Fusidic acid is already in cystic fibrosis treatment guidelines in the UK and Australia. Also, fusidic acid has been shown to be safe and effective in numerous cystic fibrosis clinical studies.
In May 2020, Arrevus received two grants totaling $800,000 in support of its chaperone protein inhibitor, ARV-1502. The NIH’s National Institute of Allergy and Infectious Diseases awarded a $300,000 grant to investigate the activity of ARV-1502 for the treatment of sepsis. The Department of Defense’s U.S. Army Medical Research and Development Command has awarded a $500,000 grant to investigate ARV-1502 for the acceleration of wound healing.
ARV-1502 is an engineered inhibitor of bacterial DnaK, a heat-shock protein, and has a structure that is inspired by insect host defense peptides. Through evolution, insects have evolved proline-rich antimicrobial peptides as a key element of their innate immune response. ARV-1502 is an optimized peptide monomer that is engineered from multiple insect proline-rich antimicrobial peptides and includes an N-terminal non-native amino acid (amino-cyclohexyl carboxylic acid moiety; Chex) that allows ARV-1502 to avoid aminopeptidase cleavage and improve its activity spectrum while eliminating nonspecific binding to the substrate-binding pocket of DnaK.
DnaK is essential for stress tolerance and allows organisms to survive conditions that cause protein unfolding or misfolding. DnaK is one of the most highly conserved bacterial protein-coding genes in prokaryotes, making it an especially attractive target. DnaK is involved in antibiotic resistance. In the absence of functional DnaK, MDR bacteria are sensitive to several classes of antibiotics, including fluoroquinolones and β-lactam antibiotics. Arrevus has received more than $3 million through six NIH grants to develop ARV-1502 to target drug resistant bacteria.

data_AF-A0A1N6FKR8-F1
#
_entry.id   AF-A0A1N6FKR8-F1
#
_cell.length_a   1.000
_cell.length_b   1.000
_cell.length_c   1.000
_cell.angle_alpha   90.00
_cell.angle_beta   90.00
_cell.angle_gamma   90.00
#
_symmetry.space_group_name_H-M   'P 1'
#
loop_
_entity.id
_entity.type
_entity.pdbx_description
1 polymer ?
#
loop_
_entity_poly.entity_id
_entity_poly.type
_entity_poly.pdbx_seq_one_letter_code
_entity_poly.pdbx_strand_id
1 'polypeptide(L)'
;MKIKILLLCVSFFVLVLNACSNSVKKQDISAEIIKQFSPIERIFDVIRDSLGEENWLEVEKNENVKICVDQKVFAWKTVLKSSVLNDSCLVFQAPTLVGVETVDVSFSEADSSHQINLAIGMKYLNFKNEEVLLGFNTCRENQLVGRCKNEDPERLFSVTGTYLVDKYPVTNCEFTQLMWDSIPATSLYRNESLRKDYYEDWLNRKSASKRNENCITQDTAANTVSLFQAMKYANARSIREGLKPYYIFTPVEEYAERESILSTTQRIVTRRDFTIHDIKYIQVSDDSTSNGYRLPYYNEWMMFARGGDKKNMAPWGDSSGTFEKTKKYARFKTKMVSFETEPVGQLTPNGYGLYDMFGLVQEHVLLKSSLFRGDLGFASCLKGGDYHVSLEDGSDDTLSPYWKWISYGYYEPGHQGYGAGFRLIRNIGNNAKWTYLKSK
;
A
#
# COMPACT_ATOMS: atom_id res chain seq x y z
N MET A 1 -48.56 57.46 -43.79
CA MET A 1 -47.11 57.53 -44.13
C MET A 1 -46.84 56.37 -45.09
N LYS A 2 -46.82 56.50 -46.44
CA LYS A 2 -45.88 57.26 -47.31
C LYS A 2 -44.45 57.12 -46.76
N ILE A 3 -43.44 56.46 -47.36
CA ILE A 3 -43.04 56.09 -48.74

Boston Pharmaceuticals is developing candidate therapeutics that address important unmet medical needs. The company’s BOS-228 is a monobactam for infections caused by MDR carbapenem-resistant Enterobacteriaceae. BOS-228 provides single-agent coverage of both metallo- and serine-β-lactamase producing Enterobacteriaceae. Clinical pharmacokinetics and in vivo pharmacokinetics-pharmacodynamics studies indicate it is efficacious.
Fast Track Designation has been granted by FDA for chronic urinary tract and chronic intra-abdominal infections. Phase I single and multiple ascending dose studies have been completed.
BOS-572, in the pre-clinical phase, is a broad-spectrum serine beta-lactamase inhibitor (BLI) of the diazabicyclooctane (DBO) class of BLIs. It can restore the antibacterial activity of beta lactams, including piperacillin, against Gram-negative bacteria expressing extended spectrum, AmpC, and serine carbapenemase enzymes. Unlike other DBO BLIs, BOS-572 does not inhibit penicillin-binding protein 2 (PBP-2) and lacks measurable antibacterial activity, simplifying dose-determination of a beta-lactam partner and reducing the potential for the development of resistance.
Also in the pre-clinical stage, BOS-981 is a first-in-class, orally bioavailable, small molecule furin inhibitor being investigated in several infectious diseases indications. Furin is one of nine members of the proprotein convertase family, which convert protein precursors into their active forms. Endogenous host furin is utilized by a variety of bacteria and viruses to process their proteins and toxins, such as anthrax, influenza A H5N1 (bird flu), Dengue, Marburg, and Zika viruses.